Cleveland Indians starter Corey Kluber struck out 60 hitters during the month of May.


CLEVELAND -- How dominant was Cleveland Indians starting pitcher Corey Kluber in the month of May?

Kluber was so dominant that he struck out 60 batters, and was only the second pitcher since 2005, with Texas' Yu Darvish being the other, to accomplish the feat and the first Indians hurler to reach the mark since Dennis Eckersley did in September of 1976.

"I just think that strikeouts are a by-product of making good pitches," Kluber said. "For me, at least, it's not going out there and trying to strike guys out. It's just executing pitches. I don't really think of myself as a certain kind of pitcher. I'm not trying to categorize myself as anything. I'm just trying to go out there and pitch."

Kluber ended the month by striking out 12 batters in Friday's 5-2 win over the Colorado Rockies in front of 25,066 fans at Progressive Field.

Although the Indians' fans saluted Kluber with a standing ovation, the team's leader with six victories was so locked into a rhythm that he did not notice the cheers.

"I'm kind of locked in when I'm out there, so one way or the other, I don't really notice," Kluber said. "I guess you hear it, but I'm still kind of in that game mode at that point in time. I'm not really checked out yet, so to speak."

Kluber struck out 12 hitters against a Colorado team that has a combined batting average of .286, tops in all of baseball.

Of the Rockies' hitters in the lineup Friday night, five had batting averages above .300, and five had at least 22 runs batted in, but no Colorado athlete had more than one hit in three at-bats against Kluber.

"I just think his stuff was so dominant tonight, and not just tonight," Indians manager Terry Francona said. "It's not just stuff. It's location. When he comes in, he came in hard. When you see a guy's best fastball for a called strike in, that's impressive. It's easy to say that in a meeting. It's harder to do when the guys are standing up there with the numbers they have. That was really impressive.

"He can make the ball go both ways. He can cut it. He's got a slider and a change-up. He throws both sides of the plate. He's got power, and it's late movement. It's real hard to distinguish. The ball might be a couple feet from the plate when it starts to move, and it can go both ways."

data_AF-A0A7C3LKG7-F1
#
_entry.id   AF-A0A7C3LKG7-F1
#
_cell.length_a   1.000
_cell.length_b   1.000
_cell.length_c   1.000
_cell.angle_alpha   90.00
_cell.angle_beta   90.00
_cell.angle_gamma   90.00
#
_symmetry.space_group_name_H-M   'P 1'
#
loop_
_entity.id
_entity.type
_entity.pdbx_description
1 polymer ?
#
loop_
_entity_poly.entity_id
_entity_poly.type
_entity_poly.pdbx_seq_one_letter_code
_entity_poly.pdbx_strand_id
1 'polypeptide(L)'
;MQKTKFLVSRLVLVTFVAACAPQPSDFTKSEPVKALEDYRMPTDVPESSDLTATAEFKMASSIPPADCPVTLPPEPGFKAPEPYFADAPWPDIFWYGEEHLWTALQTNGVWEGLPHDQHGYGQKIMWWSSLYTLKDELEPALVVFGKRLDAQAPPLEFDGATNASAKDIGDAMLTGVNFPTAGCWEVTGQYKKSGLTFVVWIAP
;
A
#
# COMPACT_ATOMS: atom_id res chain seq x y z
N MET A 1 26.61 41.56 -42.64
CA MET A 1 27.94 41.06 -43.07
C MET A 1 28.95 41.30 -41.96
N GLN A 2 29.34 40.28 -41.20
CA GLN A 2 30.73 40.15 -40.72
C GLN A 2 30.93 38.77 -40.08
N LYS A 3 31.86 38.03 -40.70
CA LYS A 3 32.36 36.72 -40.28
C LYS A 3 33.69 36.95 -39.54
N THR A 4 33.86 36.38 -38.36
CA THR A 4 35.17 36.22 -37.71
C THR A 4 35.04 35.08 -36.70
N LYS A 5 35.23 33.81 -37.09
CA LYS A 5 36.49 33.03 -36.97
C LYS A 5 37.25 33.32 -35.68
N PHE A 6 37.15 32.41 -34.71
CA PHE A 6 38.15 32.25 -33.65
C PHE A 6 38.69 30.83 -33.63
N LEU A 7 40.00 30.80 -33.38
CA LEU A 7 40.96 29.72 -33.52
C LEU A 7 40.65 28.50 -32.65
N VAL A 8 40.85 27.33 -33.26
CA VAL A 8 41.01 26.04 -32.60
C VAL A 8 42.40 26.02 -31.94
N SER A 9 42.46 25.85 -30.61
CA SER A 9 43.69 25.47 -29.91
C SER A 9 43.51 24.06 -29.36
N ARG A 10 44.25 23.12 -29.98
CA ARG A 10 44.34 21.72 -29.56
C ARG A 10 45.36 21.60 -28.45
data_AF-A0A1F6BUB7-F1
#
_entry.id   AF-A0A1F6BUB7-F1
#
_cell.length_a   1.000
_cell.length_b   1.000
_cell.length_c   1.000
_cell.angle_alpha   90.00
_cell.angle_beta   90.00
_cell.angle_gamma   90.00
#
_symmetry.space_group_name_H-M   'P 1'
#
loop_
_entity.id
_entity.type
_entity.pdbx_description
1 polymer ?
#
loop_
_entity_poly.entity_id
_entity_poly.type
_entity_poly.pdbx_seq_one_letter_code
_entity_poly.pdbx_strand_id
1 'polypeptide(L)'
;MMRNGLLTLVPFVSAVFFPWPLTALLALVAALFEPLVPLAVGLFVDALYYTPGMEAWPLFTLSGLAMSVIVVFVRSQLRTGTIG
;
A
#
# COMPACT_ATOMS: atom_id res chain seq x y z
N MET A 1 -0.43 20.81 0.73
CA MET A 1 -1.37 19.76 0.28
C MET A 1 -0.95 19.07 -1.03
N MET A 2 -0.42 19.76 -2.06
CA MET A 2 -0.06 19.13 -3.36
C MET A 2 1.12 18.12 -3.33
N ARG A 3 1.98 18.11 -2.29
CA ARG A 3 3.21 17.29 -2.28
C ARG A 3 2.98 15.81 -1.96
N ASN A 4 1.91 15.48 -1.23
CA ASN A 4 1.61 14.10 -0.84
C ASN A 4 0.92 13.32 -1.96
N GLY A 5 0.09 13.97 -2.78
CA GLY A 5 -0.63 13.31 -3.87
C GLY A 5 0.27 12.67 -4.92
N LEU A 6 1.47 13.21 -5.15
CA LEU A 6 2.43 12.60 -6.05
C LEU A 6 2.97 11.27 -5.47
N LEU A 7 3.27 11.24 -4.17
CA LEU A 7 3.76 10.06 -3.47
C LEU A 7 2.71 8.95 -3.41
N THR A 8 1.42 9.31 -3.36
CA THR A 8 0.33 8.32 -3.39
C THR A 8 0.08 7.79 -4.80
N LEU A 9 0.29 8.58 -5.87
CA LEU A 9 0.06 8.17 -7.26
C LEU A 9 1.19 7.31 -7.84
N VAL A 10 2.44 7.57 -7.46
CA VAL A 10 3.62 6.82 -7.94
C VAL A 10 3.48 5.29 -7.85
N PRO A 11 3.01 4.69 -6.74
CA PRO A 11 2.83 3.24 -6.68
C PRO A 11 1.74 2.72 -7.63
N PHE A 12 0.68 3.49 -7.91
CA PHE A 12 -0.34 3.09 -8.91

Francona credited Kluber's success to his work ethic on the days when he does not head to the center of the diamond.

"He's good, but part of the reason he's going to stay good and get better is because if you get here early tomorrow, watch what he does," Francona said. "His routine is just impeccable, and that makes us really proud. It's fun to sit here and brag about him, but I'll be probably just as happy with him tomorrow because he'll have a great day tomorrow."

Kluber entered Friday's game with a Major-League best 48 strikeouts in the month of May and was tied for second with 83 through the first two months of the season.

Kluber now has five double-digit strikeout games in his career, three of which have come in the last two months, and has struck out eight or more batters in six straight starts, the first Major Leaguer to accomplish the feat this year.

He is the first Major League pitcher with 60 strikeouts in May since Curt Schilling registered 62 in 2002, and only the fifth Indians pitcher ever to accomplish the feat. Hall of Famer Bob Feller and "Sudden" Sam McDowell each had eight 60-strikeout months, while Eckersley, also a Hall of Famer, and the late Herb Score both had a 60-strikeout month once in their careers.

"They look kind of nasty," outfielder Michael Bourn said of Kluber's pitches. "He's hard to get ahold of because he's got balls going both ways. He knows how to expand the plate when he needs to, put it on the corner when he needs to.

"He's getting a real feel for pitching, and he just has an attitude of trying to get better. That's always a plus with somebody like him. He's come in and stopped the bleeding when we needed him to this year, and he was able to do it again tonight."

Like Francona, since joining the team two years ago, Bourn has seen Kluber develop into a top-of-the-rotation pitcher.

"The first time I'd seen him was in spring training. I was like, 'Oh, who is that? He's starting to look kind of nasty,'" Bourn said. "I didn't know who he was, but I've seen him, over the last couple years. He's a competitor. He doesn't shy away from the big moment. I think they had the bases loaded at one point, and that's a good sign from somebody like him."

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